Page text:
This is the gradual training, but with a twist. See if you can find it! This could be an early version of it-
Like AN4.37, it’s a bit monotonic–one is always “getting there”. AN4.37 is very similar and ends with:
A mendicant who loves to be diligent, seeing fear in negligence, can’t decline, and has drawn near to extinguishment.
I’m not sure what the twist is other than one could do this for kalpas. Other suttas imply that blind adherence to observances can actually hinder progress, but at least there wouldn’t be backsliding:
the personal ties to covetousness, ill will, misapprehension of precepts and observances, and the insistence that this is the only truth. --DN33
I was thinking of the portion below:
A bhikkhu observes how things occur,
The arising and passing of the aggregates.
Living thus ardently,
Of calm and quiet conduct,
Ever mindful, he trains in the course
Of calm tranquillity of mind.
Such a bhikkhu is said to be
One who is ever resolute.
Here what corresponds to right mindfulness, is arising and passing away of the aggregates. This leads to samadhi, along with mindfulness of the four postures.
this is quite interesting, since SN46.53 says that practicing tranquility is sometimes wrong:
“In the same way, when the mind is sluggish, it’s the wrong time to develop the awakening factors of tranquility, immersion, and equanimity.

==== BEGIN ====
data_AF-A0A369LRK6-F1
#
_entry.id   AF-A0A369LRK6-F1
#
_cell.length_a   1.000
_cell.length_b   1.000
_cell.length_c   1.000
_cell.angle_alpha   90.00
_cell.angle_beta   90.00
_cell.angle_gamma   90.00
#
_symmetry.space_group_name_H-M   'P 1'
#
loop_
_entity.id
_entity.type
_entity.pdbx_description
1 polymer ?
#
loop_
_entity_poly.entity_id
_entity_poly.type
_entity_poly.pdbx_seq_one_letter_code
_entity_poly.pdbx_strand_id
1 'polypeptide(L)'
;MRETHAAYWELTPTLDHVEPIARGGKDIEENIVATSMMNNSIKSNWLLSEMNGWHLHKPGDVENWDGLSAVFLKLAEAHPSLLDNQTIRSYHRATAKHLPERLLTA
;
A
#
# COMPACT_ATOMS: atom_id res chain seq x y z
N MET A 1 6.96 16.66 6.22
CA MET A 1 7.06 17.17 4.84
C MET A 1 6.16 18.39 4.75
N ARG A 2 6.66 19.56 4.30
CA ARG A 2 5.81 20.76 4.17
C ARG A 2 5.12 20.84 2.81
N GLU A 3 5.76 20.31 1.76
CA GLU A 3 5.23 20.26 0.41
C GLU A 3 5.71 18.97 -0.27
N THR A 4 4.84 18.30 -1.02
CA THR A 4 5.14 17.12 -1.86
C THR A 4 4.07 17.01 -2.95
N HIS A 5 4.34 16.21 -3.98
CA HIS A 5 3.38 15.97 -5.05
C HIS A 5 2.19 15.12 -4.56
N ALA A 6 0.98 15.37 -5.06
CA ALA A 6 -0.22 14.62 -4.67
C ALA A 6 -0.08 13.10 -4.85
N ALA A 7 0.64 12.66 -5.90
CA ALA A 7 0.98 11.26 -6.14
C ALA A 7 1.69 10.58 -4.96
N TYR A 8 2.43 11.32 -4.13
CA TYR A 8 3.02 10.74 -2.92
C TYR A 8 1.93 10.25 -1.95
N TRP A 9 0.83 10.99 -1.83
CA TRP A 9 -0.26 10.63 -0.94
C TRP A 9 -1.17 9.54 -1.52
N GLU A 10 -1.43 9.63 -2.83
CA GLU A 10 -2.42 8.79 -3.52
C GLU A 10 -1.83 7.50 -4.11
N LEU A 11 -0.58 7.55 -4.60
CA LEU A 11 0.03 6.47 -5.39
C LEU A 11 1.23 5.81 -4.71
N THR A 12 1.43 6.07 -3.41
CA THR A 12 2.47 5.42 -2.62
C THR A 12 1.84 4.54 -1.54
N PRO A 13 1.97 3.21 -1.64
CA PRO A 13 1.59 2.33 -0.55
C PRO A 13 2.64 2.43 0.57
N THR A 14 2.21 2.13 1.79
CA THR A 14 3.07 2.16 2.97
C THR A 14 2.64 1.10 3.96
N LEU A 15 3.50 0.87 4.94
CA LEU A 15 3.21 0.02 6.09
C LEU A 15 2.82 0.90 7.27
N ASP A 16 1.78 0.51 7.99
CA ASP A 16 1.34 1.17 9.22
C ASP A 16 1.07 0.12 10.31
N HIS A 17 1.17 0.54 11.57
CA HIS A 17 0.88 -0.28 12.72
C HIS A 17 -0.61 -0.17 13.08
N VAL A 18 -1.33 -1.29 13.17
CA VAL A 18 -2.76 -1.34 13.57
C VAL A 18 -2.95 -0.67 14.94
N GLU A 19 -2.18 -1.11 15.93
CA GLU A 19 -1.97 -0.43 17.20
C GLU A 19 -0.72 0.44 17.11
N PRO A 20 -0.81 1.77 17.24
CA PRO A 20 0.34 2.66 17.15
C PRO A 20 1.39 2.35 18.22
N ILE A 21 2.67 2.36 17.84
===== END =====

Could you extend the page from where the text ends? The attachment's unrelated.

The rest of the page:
In those cases, we need to light a fire:
“In the same way, when the mind is sluggish, it’s the right time to develop the awakening factors of investigation of principles, energy, and rapture.
Apparently Iti111 is not medicine for turtle slugs like me.
None of these mental factors are essentially Buddhist. They can be in a wrong intensity- too much of anything, is not good. But mindfulness is said to be always useful.
Having said that, I don’t think I know what the evolutionary advantage of being able to access samadhi is.!
Hunting or fishing, one needs to stay still, alert and mindful for a long time, pouncing as needed. That last bit, pouncing, is perhaps not necessary for jhana.
Yes, and also any threat from predators requires being aware or mindful. You are exquisitely aware of the external environment. But there’s no need to be internally focused to the level of nimittas arising. You could argue the five hindrances provide an evolutionary advantage but beyond that?